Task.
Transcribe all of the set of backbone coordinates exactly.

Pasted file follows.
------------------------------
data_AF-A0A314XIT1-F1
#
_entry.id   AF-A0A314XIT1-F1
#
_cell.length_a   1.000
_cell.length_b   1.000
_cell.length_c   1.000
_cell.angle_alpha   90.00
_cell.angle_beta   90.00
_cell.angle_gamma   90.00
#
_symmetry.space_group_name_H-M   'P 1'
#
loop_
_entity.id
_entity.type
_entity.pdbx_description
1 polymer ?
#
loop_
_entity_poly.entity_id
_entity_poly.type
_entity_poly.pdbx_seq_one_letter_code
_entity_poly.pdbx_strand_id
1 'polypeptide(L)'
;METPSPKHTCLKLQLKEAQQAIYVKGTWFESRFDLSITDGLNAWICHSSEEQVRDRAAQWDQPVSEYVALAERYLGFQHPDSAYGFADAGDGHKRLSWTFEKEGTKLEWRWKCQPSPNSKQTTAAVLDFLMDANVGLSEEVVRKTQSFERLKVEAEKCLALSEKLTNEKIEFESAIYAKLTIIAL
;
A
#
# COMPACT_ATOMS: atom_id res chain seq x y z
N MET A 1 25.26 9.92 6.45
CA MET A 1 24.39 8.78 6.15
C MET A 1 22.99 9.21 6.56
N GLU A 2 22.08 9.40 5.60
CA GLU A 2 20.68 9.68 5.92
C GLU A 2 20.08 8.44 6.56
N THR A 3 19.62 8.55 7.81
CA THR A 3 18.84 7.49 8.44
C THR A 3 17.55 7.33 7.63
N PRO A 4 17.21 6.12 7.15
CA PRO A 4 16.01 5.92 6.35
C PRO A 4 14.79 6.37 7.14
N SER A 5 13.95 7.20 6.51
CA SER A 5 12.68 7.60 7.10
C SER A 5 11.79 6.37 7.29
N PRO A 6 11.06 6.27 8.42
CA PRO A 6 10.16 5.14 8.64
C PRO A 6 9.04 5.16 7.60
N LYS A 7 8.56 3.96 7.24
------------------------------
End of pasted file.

data_AF-A0A314XIT1-F1
#
_entry.id   AF-A0A314XIT1-F1
#
_cell.length_a   1.000
_cell.length_b   1.000
_cell.length_c   1.000
_cell.angle_alpha   90.00
_cell.angle_beta   90.00
_cell.angle_gamma   90.00
#
_symmetry.space_group_name_H-M   'P 1'
#
loop_
_entity.id
_entity.type
_entity.pdbx_description
1 polymer ?
#
loop_
_entity_poly.entity_id
_entity_poly.type
_entity_poly.pdbx_seq_one_letter_code
_entity_poly.pdbx_strand_id
1 'polypeptide(L)'
;METPSPKHTCLKLQLKEAQQAIYVKGTWFESRFDLSITDGLNAWICHSSEEQVRDRAAQWDQPVSEYVALAERYLGFQHPDSAYGFADAGDGHKRLSWTFEKEGTKLEWRWKCQPSPNSKQTTAAVLDFLMDANVGLSEEVVRKTQSFERLKVEAEKCLALSEKLTNEKIEFESAIYAKLTIIAL
;
A
#
# COMPACT_ATOMS: atom_id res chain seq x y z
N MET A 1 25.26 9.92 6.45
CA MET A 1 24.39 8.78 6.15
C MET A 1 22.99 9.21 6.56
N GLU A 2 22.08 9.40 5.60
CA GLU A 2 20.68 9.68 5.92
C GLU A 2 20.08 8.44 6.56
N THR A 3 19.62 8.55 7.81
CA THR A 3 18.84 7.49 8.44
C THR A 3 17.55 7.33 7.63
N PRO A 4 17.21 6.12 7.15
CA PRO A 4 16.01 5.92 6.35
C PRO A 4 14.79 6.37 7.14
N SER A 5 13.95 7.20 6.51
CA SER A 5 12.68 7.60 7.10
C SER A 5 11.79 6.37 7.29
N PRO A 6 11.06 6.27 8.42
CA PRO A 6 10.16 5.14 8.64
C PRO A 6 9.04 5.16 7.60
N LYS A 7 8.56 3.96 7.24